I went through meltdown after/during last week because I couldn’t take my husband’s advice to disengage. He could see where I was at, and he recognized the lunacy from the days when he built websites. At a certain point, when nothing is working, it’s time to walk away from the computer. It’s time to take a walk, eat some actual solid food (as opposed to liquid diet of coffee and milk), take a nap. Play with the dog. Play with the kids. Scratch that. Run far, far away from the kids because while you were working, their interruptions have helped push you to the breaking point. As sweet as your littlest is when he needs to hug and caress you every 30 seconds, it has turned you into your worst misanthropic archetype. You can’t stand people anymore, and you will bark at them if they ask you innocent questions, such as, “Won’t you come to my elegant dinner party wearing your Galadriel costume?” You will possess all the fearfulness and none of the grace of Galadriel. If the planet Earth unexpectecly exploded, you would cackle with glee until you were obliterated along with everybody else. But then you would be all right again once you were stardust.
Did you notice the little trick of transference I did there? I’m not the evil one; you are. In any case, my book formatting hasn’t been going well. Of course, if somebody had forewarned me that CreateSpace’s Internal Review process was FU, I might not have stressed so much. I might have saved my document as a pdf and examined it carefully with my own eyes to see that it was perfect (except for that one pesky thing, grrrr). I might not have melted down into my pure essence. Then again, if I hadn’t lost the only beautiful, glowing, carefully constructed blog post I wrote all week, I might not have turned into a puddle of goo, either. I’m kind of sick of this metaphor of melting–you? Oh, and don’t ask what happened to the blog post. I might
If it weren’t for all of the above, I might have recognized my success in having aced a difficult math test last week. I might have given myself bragging rights. But I didn’t. Instead, I was despondent. I was pissed, to be honest. No matter how much relief giving up traditional publishing and writing fiction offered my addled brain last summer, I can only conjecture that I still have bitter roots of fiction embedded deep within my ego. Consequently, succeeding in one lowly math class is irritating me. For one reason or another, success is never actually success to me. Succeeding at the calc 3 level or above might do it for me. But, no, it won’t because I might have to arrive at graduate level math/engineering courses in order to feel successful. But, no, that won’t do it, either. I don’t know what will. However, I’d like to break into the nonfiction arena. Maybe if I could write for Wired, I would be at peace with the universe.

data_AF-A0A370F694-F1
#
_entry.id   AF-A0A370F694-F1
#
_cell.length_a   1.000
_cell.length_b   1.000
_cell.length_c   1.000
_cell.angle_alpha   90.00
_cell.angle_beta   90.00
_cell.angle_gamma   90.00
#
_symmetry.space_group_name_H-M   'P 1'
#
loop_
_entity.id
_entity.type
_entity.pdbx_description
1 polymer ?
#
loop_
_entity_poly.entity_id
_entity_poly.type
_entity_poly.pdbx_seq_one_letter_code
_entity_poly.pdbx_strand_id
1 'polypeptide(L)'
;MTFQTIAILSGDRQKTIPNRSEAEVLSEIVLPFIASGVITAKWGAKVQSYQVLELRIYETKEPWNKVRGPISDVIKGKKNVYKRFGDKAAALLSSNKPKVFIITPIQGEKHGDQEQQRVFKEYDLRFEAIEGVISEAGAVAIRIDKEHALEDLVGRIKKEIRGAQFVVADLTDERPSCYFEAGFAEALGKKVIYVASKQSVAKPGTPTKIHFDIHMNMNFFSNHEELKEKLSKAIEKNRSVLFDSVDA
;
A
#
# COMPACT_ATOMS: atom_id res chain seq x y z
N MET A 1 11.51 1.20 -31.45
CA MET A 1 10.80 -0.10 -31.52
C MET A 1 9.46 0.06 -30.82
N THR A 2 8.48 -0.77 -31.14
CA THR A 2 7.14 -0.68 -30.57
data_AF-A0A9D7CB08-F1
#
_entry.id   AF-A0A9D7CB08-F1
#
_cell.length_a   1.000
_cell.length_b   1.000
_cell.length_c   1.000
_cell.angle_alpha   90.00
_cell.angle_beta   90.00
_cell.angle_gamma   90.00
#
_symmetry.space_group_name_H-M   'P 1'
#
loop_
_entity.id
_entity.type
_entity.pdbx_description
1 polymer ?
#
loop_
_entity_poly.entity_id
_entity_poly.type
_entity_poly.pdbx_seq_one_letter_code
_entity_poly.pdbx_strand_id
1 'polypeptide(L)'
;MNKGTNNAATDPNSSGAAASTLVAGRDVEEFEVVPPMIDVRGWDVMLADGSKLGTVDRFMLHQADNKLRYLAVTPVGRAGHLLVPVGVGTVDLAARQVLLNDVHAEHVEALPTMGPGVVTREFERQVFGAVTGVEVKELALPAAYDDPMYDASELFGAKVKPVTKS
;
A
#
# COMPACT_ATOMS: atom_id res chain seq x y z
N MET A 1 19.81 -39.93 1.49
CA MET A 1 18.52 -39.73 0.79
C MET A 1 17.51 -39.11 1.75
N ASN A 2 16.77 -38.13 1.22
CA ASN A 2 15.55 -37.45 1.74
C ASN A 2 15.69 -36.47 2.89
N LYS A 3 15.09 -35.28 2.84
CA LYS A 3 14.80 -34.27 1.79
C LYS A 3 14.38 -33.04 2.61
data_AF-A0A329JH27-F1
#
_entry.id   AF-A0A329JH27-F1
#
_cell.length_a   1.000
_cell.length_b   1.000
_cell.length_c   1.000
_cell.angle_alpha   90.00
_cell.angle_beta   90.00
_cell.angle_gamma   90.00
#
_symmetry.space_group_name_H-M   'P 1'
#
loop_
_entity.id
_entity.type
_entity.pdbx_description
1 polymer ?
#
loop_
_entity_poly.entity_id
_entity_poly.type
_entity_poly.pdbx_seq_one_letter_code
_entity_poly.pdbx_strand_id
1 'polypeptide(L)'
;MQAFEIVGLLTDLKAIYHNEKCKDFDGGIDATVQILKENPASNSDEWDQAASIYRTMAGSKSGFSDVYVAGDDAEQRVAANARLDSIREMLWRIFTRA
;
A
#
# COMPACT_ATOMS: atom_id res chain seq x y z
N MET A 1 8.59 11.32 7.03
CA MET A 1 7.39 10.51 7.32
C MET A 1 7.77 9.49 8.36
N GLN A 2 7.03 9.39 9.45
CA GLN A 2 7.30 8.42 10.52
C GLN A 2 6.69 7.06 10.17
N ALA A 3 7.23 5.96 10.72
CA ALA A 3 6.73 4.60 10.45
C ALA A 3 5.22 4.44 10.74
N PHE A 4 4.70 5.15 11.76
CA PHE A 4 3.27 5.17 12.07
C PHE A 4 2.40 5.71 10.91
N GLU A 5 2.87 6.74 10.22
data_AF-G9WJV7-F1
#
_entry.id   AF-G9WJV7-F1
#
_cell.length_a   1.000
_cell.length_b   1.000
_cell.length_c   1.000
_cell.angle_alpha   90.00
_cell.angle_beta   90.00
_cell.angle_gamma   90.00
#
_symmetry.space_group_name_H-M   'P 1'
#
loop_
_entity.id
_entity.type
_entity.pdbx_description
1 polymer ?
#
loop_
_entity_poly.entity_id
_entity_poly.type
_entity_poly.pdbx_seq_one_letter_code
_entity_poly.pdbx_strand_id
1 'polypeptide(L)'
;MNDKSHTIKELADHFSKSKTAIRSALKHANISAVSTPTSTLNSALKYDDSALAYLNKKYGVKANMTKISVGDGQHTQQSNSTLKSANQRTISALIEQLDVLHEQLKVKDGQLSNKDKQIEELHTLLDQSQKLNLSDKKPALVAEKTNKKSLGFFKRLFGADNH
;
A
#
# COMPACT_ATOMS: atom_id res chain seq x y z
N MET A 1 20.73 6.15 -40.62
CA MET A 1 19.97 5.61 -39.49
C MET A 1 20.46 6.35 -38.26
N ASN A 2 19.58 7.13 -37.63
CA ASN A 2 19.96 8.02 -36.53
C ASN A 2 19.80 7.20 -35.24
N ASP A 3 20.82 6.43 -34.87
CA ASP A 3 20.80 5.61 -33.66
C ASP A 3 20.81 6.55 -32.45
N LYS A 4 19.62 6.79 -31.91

Yeah, I doubt it.
In other news, my cover, which I’d thought would never be finished, is mostly finished, aside from last touches in putting together the cover template. Yes, that’s it up above. My daughter Emmie drew it, designed it, and put it together on the template. She wasn’t certain she wanted to do it–she had no idea what was expected of a cover artist. However, I told her to create a line drawing that was design-oriented, and that’s what she did. I apologize for the enormity of the picture. I’m working on the gallery computer, and its browser is so out-of-date that it has decided it won’t allow me to make any changes at all to the image (or, perhaps, my impatience with it did the deciding).
In conclusion, when all else fails, and you have to learn book publishing/formatting from the ground up, when your blog posts vanish into the ether, when you must rely on artists to do what you can’t do, and when your images simply won’t load as you want them to, BASH THE MONKEYS! The monkeys are always at fault. And then whistle a little tune. And if none of that works, lock yourself into whatever private room you have and sob. And don’t forget to utilize hysterical hiccupping. Children do this for a reason. It feels awesome (most likely owing to the restricted oxygen, which makes you feel above-it-all)! And if nobody is there to hear you, you don’t have to worry about sounding/appearing foolish, or otherwise manipulating others into feeling sorry for you at the sight of your face, blotched as it is with tender teardrops.
That’s all. Next week life will be better.
p.s. I just swapped in the final image so the old one wouldn’t show up in searches.